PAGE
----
Herald JournalHerald Journal, Sept. 29, 2003

Pair of LP teachers release muscial CD

By Julie Yurek

Call it fate or a coincidence, but Greg Landkamer and David Rue were meant to meet.

Little did they know that they would end up collaborating in a musical release called "Lauderdays: Everybody and His Brother."

Both men started teaching at Lester Prairie in 1996; Landkamer in science, and Rue in music.

It turns out that Landkamer lived in the same apartment in St. Paul in the early 1980s that Rue's sister, Beverly, lived in one year after Landkamer moved out.

Landkamer never met Beverly or Rue, but later the two discovered the coincidence.

Landkamer and Rue have more than just that story in common; they also have music.

Landkamer started the album in February 2000, and Rue came on board later that summer. The album was completed in October 2002.

This is Landkamer's sixth album and Rue's first, Landkamer said. Landkamer's fifth CD was made in 1990, he said.

Landkamer wrote all of the 14 songs except "Little Tabla Boy," which is traditional.

Rue and Landkamer each sing on about six of the songs, and both sing together on a few.

Landkamer spent about 345 hours on the album, Rue has about 116 hours in, and Landkamer's nephew, Tony Landkamer, has 12 hours invested, Landkamer said.

"It was a treat," Rue said.

The CD was recorded at Landkamer's home studio in Watertown. Through the years he acquired keyboards, computer, and other items necessary to produce an album. He began recording music on and off in his home since 1985.

"It's a hobby," he said.

Landkamer never wanted music to become a job. "I never wanted to have to play for a living," he said.

Landkamer began college as a music major, but switched to science midway.

As a senior in high school in Mankato, he was in a band who had one of their songs played on the a.m. radio station, KTOE.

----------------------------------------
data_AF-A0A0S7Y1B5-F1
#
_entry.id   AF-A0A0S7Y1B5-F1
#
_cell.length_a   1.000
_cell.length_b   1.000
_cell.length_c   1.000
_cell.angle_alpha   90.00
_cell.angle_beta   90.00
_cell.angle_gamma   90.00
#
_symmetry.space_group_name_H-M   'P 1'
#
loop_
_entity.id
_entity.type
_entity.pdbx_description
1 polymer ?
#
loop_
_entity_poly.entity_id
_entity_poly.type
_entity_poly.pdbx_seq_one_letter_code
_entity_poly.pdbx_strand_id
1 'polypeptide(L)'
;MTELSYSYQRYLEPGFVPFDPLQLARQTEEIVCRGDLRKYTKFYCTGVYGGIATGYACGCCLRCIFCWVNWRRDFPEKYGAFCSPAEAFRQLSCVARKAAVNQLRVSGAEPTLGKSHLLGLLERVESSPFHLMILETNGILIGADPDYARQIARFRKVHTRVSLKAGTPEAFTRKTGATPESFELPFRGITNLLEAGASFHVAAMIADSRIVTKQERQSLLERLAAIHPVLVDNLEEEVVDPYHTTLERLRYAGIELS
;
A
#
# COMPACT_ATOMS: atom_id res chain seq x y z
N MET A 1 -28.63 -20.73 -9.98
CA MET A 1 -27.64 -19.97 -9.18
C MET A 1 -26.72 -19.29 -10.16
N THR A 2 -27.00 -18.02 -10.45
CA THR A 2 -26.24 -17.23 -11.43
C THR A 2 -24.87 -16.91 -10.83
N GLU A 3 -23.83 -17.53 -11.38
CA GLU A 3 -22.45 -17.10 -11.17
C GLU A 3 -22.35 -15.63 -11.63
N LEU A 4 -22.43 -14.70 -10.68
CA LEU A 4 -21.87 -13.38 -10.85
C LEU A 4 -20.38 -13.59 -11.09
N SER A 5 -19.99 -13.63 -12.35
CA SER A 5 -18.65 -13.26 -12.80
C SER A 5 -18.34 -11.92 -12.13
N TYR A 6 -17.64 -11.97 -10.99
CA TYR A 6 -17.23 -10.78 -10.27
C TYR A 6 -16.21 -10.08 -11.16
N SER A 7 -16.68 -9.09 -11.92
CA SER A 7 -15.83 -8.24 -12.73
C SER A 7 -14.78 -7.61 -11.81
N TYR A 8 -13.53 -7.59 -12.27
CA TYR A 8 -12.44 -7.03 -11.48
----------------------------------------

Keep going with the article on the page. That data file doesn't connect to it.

Making music

Landkamer did a lot of the writing for the CD in July 2000, he said. He also recorded all of the songs with just him singing.

When he asked Rue to come on board for the project, the two spent many hours critiquing, arranging, rerecording, and changing tempos on what Landkamer recorded.

The pair tried to meet once a week, but sometimes only met about twice a month or would skip a month. Rue gave guitar lessons one night a week, got married, and moved to Mankato in that two-year period, so sometimes they couldn't meet for a while.

They would spend an average of about three-and-a-half hours working per session. They usually focused on three songs (at most) per session.

Some sessions were longer, and sometimes Landkamer would work on some parts by himself, he said.

Rue's expertise was in hearing the right note, or knowing what to add, Landkamer said.

Rue mainly produced the CD, while Landkamer did more of the music making, Rue said. "It was fun."

The CD's cover was created by Lester Prairie foreign exchange student Meena Nikander from Finland.

The cover represents a part of most of the songs on the track, Landkamer said.

Landkamer asked art teacher Lisa Klobe to recommend a student. She gave Nikander's name, which Landkamer recognized because he had seen one of her art projects.

Landkamer gave her a rough sketch and idea of what he was looking for, and she put it together.

Nikander spent between 20 and 25 hours on the design. The original is a colored pencil drawing on 16 -by 10-inch paper, about the size of a vinyl album cover.

Landkamer wanted a "home-made feel to the cover because it is homemade music," he said.

Variety of sounds